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Should society fear AI?

Alex Cardona

As long as humans have built machines, they have feared the day they could destroy us. Stephen Hawking famously warned that AI could spell an end to civilization.  

However, to many AI researchers, these conversations feel unmoored. It’s not that they do not fear AI power, it’s that they see it already happening, just not in the ways most people would expect.  

How AI is already being used

AI is now screening job candidates, diagnosing diseases, and identifying criminal suspects. There are now even self-driving vehicles that are controlled by AI; the most well-known of the self-driving cars are Elon Musk’s Teslas.

The most commonly used AI by the average person is Siri and Alexa. Siri can be used for pretty much anything and everything. Siri is a feature of Apple products; Siri has been around since the first iPhone came out in October 2011. 

The source of AI criticism

The danger is that artificial intelligence tools could be used to manipulate people even when AIs aren’t used maliciously, they can spread dangers around the world. The danger it can spread for example if AI gets into the hands of someone bad they can use it to blackmail. Perhaps a family member or a friend can be anyone. AI is considered so dangerous that scientists have said AI can act independently.

In the case of Siri and Alexa, users expressed fears that these personal AI assistants can hear them speak and possibly use it against us– even when people are not actively using their services.

In March 2023, Musk called for a pause on AI. Musk said a pause in AI development was needed because of concerns about artificial intelligence, worrying that the technology could advance so rapidly that it creates existential risks for humanity

Musk’s concerns include AI terrorism; the AI “terrorists” make it seem like they have someone important for ransom. There is also the anticipation of autonomous weapons, or killer robots as only seen in sci-fi previously, to be used in the future of warfare. Although they are designed to kill invaders and militants, if they get into the hands of the wrong person it is dangerous for everyone.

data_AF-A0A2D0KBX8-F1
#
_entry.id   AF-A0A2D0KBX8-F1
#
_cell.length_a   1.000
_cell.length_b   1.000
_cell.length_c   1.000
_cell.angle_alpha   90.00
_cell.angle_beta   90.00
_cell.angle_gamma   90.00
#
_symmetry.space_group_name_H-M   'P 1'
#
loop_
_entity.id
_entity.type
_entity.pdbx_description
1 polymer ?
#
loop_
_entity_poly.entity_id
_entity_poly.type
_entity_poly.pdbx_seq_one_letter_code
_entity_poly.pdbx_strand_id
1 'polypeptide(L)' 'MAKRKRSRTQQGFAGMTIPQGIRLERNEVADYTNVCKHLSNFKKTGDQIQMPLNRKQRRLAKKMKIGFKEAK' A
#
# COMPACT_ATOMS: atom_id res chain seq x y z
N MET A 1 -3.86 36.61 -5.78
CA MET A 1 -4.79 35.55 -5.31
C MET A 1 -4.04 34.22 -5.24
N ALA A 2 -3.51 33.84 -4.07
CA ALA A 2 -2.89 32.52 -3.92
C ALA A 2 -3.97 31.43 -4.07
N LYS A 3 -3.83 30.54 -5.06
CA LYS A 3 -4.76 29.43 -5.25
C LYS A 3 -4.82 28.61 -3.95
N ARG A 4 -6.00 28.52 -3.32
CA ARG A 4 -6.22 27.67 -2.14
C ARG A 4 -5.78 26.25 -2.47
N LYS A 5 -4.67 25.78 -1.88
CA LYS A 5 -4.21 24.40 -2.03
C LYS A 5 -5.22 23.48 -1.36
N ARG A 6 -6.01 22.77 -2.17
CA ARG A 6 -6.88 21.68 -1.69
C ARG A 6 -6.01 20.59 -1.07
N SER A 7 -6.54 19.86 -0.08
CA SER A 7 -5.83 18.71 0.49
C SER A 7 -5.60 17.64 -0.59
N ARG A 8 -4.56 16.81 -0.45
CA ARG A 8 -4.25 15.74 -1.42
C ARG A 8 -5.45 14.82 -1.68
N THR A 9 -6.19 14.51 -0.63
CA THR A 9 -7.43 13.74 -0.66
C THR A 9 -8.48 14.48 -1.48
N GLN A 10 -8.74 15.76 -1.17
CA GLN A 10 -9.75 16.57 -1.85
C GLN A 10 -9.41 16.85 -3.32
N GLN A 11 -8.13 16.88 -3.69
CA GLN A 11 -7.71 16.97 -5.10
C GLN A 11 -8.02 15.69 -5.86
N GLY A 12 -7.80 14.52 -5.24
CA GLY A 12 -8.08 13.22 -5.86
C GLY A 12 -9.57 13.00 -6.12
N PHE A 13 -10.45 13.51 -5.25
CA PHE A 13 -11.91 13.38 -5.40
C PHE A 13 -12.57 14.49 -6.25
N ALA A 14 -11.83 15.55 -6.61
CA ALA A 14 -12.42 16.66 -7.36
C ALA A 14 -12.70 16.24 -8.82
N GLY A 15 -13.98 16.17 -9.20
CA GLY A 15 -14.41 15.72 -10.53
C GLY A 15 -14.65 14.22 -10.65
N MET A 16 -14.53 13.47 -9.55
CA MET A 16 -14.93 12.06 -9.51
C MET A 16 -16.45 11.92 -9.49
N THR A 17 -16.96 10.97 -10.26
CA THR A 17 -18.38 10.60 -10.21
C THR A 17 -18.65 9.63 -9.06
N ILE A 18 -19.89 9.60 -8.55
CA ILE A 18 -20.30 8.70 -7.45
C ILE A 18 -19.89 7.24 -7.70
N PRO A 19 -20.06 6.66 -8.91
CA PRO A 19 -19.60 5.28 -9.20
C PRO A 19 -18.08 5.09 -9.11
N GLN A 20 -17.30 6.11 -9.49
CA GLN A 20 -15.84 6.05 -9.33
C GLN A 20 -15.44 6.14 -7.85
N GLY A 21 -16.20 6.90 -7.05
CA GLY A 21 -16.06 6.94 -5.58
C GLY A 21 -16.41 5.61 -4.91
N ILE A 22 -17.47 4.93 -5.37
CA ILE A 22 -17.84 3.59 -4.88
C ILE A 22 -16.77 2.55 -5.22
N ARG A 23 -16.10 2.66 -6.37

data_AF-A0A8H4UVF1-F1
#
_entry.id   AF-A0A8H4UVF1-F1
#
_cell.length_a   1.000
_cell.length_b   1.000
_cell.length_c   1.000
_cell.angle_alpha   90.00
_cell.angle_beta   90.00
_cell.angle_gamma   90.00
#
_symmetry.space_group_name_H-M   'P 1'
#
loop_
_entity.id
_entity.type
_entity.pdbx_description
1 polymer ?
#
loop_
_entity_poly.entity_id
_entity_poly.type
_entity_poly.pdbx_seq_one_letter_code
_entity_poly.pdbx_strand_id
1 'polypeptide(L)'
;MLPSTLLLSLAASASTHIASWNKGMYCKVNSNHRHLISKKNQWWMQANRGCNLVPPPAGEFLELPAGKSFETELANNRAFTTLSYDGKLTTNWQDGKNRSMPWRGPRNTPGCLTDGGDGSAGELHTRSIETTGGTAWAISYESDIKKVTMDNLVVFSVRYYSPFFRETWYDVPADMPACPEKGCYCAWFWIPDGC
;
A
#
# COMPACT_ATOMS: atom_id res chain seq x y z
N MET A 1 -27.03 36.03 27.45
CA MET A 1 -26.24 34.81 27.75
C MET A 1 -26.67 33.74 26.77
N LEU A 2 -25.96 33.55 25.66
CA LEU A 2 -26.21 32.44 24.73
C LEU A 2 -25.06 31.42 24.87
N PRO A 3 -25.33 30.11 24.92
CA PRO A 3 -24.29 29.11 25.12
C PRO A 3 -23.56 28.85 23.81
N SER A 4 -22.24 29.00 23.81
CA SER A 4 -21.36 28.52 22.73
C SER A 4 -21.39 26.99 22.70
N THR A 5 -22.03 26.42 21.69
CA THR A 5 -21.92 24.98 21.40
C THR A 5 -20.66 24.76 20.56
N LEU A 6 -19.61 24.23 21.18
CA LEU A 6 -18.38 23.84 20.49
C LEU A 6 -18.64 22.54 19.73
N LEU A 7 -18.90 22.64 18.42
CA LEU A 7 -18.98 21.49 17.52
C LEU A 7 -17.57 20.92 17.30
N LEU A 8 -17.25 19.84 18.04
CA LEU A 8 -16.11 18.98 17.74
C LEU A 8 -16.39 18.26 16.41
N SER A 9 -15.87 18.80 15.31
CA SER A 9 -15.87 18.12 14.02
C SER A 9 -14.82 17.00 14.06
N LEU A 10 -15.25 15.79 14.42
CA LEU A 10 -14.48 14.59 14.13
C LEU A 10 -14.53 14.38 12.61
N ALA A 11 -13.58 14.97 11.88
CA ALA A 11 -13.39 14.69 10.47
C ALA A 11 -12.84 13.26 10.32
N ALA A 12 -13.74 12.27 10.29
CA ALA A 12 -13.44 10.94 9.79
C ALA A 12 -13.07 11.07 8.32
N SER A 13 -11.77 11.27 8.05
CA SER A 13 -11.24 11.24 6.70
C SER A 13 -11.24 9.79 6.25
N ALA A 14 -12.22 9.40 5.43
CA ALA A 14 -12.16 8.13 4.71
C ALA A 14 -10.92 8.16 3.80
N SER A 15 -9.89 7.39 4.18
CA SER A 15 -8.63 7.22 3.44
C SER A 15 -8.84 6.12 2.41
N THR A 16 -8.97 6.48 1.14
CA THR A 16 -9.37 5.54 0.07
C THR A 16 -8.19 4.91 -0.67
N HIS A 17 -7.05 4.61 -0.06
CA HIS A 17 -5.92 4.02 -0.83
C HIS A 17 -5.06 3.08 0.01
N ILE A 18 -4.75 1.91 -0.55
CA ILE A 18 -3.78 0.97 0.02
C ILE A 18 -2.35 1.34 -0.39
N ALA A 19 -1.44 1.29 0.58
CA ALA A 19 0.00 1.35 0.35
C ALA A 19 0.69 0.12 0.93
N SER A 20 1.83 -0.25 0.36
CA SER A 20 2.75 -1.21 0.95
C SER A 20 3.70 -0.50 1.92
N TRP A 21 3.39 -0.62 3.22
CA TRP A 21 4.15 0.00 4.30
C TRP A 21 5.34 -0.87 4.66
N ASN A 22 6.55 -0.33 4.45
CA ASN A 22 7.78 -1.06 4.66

AI can now be considered smarter than humans. Despite all the positive promises that AI provides, human experts, however, are still essential to designing, programming, and operating AI from any unpredictable error from occurring. 

“Preventing AI from taking over the world requires a multi-faceted approach. Robust safety measures, transparency, collaboration, regulation, and interdisciplinary research are all crucial components in ensuring that AI is developed and deployed responsibly,” TS9 Space wrote.

Beth Kindig, a San Francisco-based technology analyst with more than a decade of experience in analyzing private and public technology companies, published a free newsletter indicating that although AI has a potential promise for better medical diagnosis, human experts are still needed to avoid the misclassification of unknown diseases because AI is not omnipotent to solve all problems for human kinds. 

There are times when AI meets an impasse, and to carry on its mission, it may proceed indiscriminately, ending in creating more problems. For example, cars go electric with built-in AI. It will potentially help with environmental issues, but vehicles will suddenly stop driving when they reach a prohibited zone. With the integrated technology, there’s also the possibility that someone could hack into the system and control the vehicles; this fear has even found itself addressed in the recent thriller film “Leave the World Behind.”